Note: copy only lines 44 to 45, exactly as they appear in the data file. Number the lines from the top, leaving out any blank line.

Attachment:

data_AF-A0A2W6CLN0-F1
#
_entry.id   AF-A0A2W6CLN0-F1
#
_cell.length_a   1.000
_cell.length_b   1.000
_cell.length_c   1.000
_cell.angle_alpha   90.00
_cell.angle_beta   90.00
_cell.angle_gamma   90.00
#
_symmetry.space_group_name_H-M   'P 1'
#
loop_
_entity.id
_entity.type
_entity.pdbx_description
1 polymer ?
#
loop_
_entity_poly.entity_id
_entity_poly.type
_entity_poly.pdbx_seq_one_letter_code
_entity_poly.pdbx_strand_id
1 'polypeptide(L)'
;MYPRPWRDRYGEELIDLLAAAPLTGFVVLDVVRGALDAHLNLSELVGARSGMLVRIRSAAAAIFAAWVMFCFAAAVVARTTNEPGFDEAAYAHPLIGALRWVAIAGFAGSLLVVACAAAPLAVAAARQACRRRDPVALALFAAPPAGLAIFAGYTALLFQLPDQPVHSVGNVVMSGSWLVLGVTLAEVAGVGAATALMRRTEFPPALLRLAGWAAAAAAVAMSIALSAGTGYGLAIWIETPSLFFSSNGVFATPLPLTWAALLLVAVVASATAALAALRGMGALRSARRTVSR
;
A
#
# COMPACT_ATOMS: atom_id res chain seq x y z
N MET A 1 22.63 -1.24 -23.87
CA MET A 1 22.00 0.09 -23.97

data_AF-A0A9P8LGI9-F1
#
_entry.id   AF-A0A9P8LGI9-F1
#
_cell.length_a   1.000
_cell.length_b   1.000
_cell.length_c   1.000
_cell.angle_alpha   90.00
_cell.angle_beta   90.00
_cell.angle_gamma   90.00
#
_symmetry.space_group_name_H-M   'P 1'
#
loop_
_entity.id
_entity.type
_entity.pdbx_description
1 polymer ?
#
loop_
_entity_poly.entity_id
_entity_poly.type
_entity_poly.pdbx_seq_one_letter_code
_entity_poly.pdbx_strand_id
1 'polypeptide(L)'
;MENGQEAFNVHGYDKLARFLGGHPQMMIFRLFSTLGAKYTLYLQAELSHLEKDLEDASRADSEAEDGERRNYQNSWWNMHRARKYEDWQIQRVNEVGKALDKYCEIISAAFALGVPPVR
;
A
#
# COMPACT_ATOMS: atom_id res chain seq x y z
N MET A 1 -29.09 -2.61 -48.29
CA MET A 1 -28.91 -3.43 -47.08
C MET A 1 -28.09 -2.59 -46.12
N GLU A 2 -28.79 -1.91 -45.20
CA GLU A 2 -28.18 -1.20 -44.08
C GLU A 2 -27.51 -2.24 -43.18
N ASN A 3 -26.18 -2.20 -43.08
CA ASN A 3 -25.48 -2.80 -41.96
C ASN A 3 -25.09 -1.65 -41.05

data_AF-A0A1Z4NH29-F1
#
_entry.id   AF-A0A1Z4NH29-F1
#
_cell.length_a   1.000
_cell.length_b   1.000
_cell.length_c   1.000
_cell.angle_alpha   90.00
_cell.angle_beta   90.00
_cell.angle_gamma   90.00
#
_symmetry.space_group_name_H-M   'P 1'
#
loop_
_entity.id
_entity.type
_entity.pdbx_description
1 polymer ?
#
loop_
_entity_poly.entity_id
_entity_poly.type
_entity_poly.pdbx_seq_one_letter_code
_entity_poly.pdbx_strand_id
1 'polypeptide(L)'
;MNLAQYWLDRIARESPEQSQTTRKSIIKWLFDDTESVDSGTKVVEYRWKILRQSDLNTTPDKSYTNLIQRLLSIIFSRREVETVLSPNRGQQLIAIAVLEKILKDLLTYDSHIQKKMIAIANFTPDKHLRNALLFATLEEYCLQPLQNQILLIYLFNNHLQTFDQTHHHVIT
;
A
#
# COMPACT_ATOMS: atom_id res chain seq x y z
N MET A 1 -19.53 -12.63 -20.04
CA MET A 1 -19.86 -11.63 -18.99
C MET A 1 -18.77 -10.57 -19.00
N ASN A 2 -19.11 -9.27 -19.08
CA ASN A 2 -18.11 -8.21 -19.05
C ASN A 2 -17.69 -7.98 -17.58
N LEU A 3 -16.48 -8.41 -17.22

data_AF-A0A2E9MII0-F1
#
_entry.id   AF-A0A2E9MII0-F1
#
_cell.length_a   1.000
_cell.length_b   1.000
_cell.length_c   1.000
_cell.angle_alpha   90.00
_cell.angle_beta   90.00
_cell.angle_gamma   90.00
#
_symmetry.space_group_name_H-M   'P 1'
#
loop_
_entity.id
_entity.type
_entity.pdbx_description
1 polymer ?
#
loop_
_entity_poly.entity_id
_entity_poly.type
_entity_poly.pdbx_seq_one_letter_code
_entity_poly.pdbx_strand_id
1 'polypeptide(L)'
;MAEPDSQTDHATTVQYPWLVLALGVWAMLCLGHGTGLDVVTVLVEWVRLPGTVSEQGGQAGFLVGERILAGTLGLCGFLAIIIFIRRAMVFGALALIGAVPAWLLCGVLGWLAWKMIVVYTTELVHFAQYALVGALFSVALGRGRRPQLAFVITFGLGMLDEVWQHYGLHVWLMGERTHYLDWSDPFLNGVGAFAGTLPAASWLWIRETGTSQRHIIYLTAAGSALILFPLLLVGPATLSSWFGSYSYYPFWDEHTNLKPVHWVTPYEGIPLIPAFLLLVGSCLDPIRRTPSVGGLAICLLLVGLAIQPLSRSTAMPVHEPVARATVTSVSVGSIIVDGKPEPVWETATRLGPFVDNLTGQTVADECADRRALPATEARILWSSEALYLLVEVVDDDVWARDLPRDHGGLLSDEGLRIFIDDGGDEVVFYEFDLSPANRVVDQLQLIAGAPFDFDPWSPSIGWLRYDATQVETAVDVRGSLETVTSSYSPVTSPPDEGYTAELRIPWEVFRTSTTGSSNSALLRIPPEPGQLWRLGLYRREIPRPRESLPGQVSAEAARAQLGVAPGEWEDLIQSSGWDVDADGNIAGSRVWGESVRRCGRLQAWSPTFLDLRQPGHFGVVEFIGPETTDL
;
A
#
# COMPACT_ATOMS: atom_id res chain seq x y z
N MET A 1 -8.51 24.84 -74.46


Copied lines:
_symmetry.space_group_name_H-M   'P 1'
#